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Minneapolis voters will be able to weigh in on the city's police department on the local ballot, the Minnesota Supreme Court ruled Thursday.
Why it matters: The proposed charter amendment was spurred by mass protests against police brutality after George Floyd's death last year. It would replace the city's police department with a new Department of Public Safety that "could include" police officers "if necessary."
Hy-Vee's got a new "smart store" model, and the Twin Cities is going to get the company's biggest yet, reports Linh Ta of Axios Des Moines.
What's happening: Hy-Vee CEO Randy Edeker told Axios that the forthcoming store will be 147,000 square feet, providing ample space for experimentation. It will also have an e-commerce hub and micro-fulfillment center.
Details: The new smart stores have kiosks to help you do everything from order a custom cake to buy an elliptical machine.
The intrigue: A location has not been finalized yet, said Hy-Vee spokesperson Tina Potthoff.
Nick's thought bubble: Hy-Vee's not saying, but this is almost certainly the grocer's planned Bloomington/Southtown location that Axios Twin Cities reported about last week.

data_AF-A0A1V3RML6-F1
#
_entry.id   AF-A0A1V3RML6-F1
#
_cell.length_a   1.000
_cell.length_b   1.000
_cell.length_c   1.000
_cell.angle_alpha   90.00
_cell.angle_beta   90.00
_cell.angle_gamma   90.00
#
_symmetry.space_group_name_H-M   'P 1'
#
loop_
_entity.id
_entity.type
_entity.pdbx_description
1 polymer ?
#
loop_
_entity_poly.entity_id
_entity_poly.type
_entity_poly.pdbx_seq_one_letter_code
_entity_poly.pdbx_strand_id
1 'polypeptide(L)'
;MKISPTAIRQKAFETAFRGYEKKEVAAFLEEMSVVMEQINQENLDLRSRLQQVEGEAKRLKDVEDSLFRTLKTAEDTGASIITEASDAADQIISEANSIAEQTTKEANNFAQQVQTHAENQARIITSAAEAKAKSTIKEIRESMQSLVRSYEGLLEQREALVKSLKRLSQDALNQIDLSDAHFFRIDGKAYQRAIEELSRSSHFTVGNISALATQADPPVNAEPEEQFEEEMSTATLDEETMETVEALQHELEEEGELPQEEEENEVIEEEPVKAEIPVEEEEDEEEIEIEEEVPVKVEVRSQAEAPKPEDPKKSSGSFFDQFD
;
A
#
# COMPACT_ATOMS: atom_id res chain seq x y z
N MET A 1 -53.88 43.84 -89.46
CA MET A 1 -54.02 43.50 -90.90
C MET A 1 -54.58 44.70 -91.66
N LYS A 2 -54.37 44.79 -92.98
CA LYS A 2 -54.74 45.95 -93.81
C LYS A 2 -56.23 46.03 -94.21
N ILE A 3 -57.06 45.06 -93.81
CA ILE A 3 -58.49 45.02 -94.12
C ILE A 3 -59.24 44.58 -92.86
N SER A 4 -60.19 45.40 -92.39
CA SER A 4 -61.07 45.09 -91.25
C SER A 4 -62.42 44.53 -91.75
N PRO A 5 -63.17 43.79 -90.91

The former Champps restaurant (R.I.P.) next to Ridgedale Center is slated to become a wine bar, grocer and liquor store.
Driving the news: Top Ten Liquors has submitted plans to the city of Minnetonka, saying it will serve by-the-glass wines and small plates in a restaurant, plus operate a full-service liquor store.
Context: Top Ten is a fast-growing local liquor store chain. It's opened stores in Rosemount, Plymouth and Vandnais Heights in the past year, and now has 12 Twin Cities outposts.
What's next: A public hearing on the proposed store is tentatively scheduled for Oct. 4.
Outdoor dining options kept many Twin Cities restaurants alive during COVID-19 restrictions last winter — and now the industry is revisiting whether to keep the patio tents and al fresco fixtures around.
Why it matters: The approaching cold weather combined with concerns over the Delta variant's spread have restaurant owners — who've seen some recovery from the pandemic's hard hit — searching for ways to keep diners coming back.
State of play: Summer was good to local restaurants. Across Minnesota, 42% of restaurant operators reported higher revenues this summer than pre-pandemic, said Ben Wogsland, director of government operations for Hospitality Minnesota.
What's happening: For some, last winter was a test drive for offerings that will be made permanent.
Meanwhile, there's still a lot of trial and error — and guessing on how hardy Minnesotans are.
The bottom line: Restaurants can continue to get creative, but only time will tell if there's a return on investment.